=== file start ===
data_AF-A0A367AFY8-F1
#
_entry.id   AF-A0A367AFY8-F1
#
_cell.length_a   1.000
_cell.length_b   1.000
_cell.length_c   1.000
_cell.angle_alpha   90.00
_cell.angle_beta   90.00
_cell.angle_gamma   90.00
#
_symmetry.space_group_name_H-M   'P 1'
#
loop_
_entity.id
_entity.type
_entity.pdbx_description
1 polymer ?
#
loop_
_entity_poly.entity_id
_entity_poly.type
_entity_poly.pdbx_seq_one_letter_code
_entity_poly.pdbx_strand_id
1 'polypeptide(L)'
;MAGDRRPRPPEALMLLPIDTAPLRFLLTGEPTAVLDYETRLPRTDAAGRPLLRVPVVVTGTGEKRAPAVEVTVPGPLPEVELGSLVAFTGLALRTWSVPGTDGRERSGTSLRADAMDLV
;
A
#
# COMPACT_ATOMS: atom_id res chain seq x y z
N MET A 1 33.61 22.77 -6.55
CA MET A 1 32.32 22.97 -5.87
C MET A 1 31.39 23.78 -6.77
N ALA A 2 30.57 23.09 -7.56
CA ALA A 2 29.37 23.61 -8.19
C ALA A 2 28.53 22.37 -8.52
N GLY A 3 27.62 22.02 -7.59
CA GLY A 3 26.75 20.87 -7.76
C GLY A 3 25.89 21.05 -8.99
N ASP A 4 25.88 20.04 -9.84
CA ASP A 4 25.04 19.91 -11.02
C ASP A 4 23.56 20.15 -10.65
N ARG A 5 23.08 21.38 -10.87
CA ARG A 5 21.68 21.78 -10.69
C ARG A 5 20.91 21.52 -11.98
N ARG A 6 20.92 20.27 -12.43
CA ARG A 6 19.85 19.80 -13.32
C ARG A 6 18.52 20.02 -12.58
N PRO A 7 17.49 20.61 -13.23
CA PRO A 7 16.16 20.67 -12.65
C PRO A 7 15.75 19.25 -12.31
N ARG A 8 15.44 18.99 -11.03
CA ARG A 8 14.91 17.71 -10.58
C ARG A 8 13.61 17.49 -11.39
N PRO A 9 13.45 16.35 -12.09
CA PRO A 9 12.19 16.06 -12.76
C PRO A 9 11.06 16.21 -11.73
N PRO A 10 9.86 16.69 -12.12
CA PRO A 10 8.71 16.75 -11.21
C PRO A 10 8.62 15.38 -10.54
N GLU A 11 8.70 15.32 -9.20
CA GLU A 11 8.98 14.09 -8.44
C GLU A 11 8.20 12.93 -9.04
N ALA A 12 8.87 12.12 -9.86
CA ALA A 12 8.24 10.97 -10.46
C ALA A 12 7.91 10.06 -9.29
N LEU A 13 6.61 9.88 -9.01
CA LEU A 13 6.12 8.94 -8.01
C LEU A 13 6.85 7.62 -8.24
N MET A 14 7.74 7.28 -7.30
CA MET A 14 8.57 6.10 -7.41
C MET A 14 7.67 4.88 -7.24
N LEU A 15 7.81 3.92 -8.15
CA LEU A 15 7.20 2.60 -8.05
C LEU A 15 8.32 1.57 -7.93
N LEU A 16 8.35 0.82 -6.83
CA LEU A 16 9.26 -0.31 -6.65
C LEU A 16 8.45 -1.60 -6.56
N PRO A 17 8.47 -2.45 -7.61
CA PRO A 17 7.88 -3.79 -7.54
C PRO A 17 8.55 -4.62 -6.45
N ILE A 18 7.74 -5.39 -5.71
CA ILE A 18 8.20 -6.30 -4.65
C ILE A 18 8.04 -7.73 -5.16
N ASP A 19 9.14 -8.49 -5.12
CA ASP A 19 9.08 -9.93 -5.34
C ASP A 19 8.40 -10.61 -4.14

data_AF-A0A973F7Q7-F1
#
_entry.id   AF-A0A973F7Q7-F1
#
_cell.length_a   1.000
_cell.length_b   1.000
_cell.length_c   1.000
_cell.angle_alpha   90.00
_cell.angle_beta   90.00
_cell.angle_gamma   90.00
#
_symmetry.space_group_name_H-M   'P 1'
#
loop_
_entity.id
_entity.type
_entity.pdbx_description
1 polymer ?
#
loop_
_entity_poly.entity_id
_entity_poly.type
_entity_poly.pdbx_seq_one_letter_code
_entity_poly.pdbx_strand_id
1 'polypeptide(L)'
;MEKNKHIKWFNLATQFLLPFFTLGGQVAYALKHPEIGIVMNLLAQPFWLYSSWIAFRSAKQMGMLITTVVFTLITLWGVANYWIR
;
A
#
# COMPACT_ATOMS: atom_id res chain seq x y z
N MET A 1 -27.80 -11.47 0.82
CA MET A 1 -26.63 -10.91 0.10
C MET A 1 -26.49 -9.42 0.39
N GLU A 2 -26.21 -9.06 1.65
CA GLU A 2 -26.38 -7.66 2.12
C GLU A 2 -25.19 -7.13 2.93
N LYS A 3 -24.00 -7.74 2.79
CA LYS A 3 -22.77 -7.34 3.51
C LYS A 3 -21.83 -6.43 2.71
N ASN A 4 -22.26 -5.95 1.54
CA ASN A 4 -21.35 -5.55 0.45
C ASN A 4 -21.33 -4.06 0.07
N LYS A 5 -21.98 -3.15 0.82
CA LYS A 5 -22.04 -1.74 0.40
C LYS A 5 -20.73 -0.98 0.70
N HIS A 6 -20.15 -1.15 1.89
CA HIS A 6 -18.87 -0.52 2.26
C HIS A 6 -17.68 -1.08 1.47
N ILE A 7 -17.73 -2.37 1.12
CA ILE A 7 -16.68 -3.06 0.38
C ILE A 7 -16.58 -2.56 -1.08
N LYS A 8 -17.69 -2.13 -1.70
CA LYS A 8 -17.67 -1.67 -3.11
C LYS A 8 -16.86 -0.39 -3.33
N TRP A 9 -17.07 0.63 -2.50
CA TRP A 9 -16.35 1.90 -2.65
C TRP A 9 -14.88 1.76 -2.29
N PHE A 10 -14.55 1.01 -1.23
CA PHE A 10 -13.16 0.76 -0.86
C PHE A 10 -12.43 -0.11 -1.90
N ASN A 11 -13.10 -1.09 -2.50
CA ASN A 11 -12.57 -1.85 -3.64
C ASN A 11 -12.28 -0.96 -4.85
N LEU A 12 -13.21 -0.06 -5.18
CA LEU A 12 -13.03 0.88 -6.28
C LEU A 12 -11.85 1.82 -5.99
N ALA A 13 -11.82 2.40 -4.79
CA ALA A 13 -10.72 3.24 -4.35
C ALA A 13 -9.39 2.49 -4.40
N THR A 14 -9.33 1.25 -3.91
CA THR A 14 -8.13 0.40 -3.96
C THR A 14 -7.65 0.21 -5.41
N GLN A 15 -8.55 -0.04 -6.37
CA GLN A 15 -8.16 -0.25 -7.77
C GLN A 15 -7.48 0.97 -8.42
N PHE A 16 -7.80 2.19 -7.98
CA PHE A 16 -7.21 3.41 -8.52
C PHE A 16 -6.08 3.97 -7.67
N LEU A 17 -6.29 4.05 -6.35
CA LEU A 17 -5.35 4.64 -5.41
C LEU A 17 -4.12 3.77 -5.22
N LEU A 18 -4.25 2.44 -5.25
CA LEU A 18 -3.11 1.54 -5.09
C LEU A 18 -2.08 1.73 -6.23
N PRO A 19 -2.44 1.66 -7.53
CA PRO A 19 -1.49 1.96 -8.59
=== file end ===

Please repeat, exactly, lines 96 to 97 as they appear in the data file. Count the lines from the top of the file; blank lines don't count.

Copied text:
_cell.angle_beta   90.00
_cell.angle_gamma   90.00